?? In the above code, the result is exactly the same when you compare X and y with "= =" and "is", but when you compare X and Z, the differences are shown. The result of x = = Z is true, and X is Z results in false. This result occurs because the "= =" operator compares the value of the object, both the X and Z values are a list (you can also think of the list as an object), and the number of elements in the list is exactly the same as the value, so the result of x = = Z is true. But the "is" operator is used to determine the identity of an object, that is, not only the value of the object is exactly the same, but also the object itself is the same object, it is clear that X and Y are the same object, because when assigning a value, a list is assigned to Y, and then the value of y is assigned to x, so X and Z also assigns a list, so z and X, y, although the values are the same, but not the same object, so the result of X is Z is false.

?? To determine whether a value belongs to a container, use the "in" and "not" operators. The following code first defines a list variable x and then determines whether the variable y and some values belong to X.

>>> x = [1,2,3,4,5]     # 定义一个列表变量>>> y = 3>>> 1 in xTrue>>> y in xTrue>>> 20 in xFalse>>> 20 not in xTrue

??“ The in and not-in operators can also be used to determine whether a string contains another string, that is, a string can be treated as a container of characters or substrings.

>>> s = "hello world">>> ‘e‘ in sTrue>>> "e" in sTrue>>> "x" in sFalse>>> "x" not in sTrue>>> "world"  in sTrue

?? If you encounter situations where you need to combine multiple logical expressions, you need to use logic and (and), logic or (or), and logical non (not). The logical and arithmetic rule is that only X and Y are true in the case of "X", the result of the operation is true, otherwise false. The logical OR operation rule is that only X and y in "x or Y" are false, the result of the operation is false, otherwise it is true. The logical non-operation rule is "not X", X is true, the result of the operation is false,x to false, and the result of the operation is true.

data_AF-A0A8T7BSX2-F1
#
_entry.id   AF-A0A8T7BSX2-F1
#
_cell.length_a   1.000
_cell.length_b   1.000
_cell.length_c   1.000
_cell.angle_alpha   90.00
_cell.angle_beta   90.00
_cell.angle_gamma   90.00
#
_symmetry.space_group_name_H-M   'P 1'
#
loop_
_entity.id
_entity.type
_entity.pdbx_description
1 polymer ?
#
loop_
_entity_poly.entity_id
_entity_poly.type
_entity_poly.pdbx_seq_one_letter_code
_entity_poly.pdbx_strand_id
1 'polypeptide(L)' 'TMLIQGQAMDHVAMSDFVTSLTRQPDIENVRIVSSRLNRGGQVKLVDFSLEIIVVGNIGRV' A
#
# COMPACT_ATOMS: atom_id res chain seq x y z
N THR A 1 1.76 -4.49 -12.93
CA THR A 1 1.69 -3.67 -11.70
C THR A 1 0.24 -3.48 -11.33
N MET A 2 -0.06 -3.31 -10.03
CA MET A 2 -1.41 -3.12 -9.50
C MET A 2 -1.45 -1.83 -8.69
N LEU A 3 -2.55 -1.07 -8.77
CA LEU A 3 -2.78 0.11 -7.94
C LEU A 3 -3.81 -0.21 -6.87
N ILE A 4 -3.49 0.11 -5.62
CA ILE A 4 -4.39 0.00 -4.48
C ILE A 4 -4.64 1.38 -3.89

>>> 20 < 30 and 40 < 50True>>> 20 > 40 or 20 < 10False>>> not 20 > 40True

?? This example demonstrates the basic use of comparison operators.

print(20 == 30)         #  判断20和30是否相等,运行结果:False   x = 20y = 40print(x < y)                #  判断x是否小于y,运行结果:Trueif x > y:                   #  条件不满足    print("x > y")else:                       #  条件满足    print("x <= y")s1 = "hello"s2 = "Hello"if s1 >= s2 and x > y:      # 条件不满足    print("满足条件")elif not s1 < s2:           # 条件满足    print("基本满足条件")else:                       # 条件不满足    print("不满足条件")

The program runs as shown in the results.

5. Assertion (assertions)

?? Assertions are used in a manner similar to the IF statement, except that exceptions are thrown directly when the condition is not met. Similar to the following if statement (pseudo code)

if not dondition:       # 如果不满足条件,会直接抛出异常,程序会中断    crash program

?? So why is this code needed? This is mainly due to the need to monitor whether the program meets the conditions somewhere, and if the condition is not met, the developer should be notified in a timely manner rather than hiding the bugs until the critical moment crashes.

?? In fact, assertions are often used in TDD (Test-driven development, test-driven development), and TDD executes assertions when the program discovers exceptions and throws exceptions.
In the Python language, assertions require an Assert statement that specifies the conditional expression of an assertion after the Assert keyword. If the value of the conditional expression is false, an exception is thrown. And the assertion that subsequent statements are not executed is equivalent to a breakpoint on the program.

>>> value = 20>>> assert value < 10 or value > 30     # 条件不满足,会抛出异常Traceback (most recent call last):  File "<stdin>", line 1, in <module>AssertionError>>> assert value < 30                   #  条件满足,会正常执行后面的语句

?? As we can see, the value variable is 20, and the condition after the assert is "value < ten or value > 30", it is obvious that the condition is not satisfied, so an exception is thrown at the assertion. The latter assertion, the condition is "value < 30", the condition is satisfied, so the statement after the assertion will execute normally.

?? Throws an exception when the assertion condition is not met, by default, shows only where the exception was thrown, and does not show what throws the exception, so for the exception information to be more explicit, you can specify an exception description for the Assert statement.

>>> value = 20>>> assert value < 10 or value > 30, ‘value值必须在10和20之间‘ # 为断言指定异常描述信息Traceback (most recent call last):  File "<stdin>", line 1, in <module>AssertionError: value值必须在10和20之间            # 显示了异常描述信息

This example demonstrates the use of assertions.

name = "Bill"                           #  定义变量nameassert name == "Bill"                   #  断言条件表达式的值是True,继续执行下面的语句age = 20                                #  定义变量age#  断言条件表达式的值是False,抛出异常,后面的代码不会被执行assert 0 < age < 10, "年龄必须小于10岁"    print("hello world")        # 这行代码不会被执行

The program runs as shown in the results.

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Python from rookie to Master (9): Conditional and conditional statements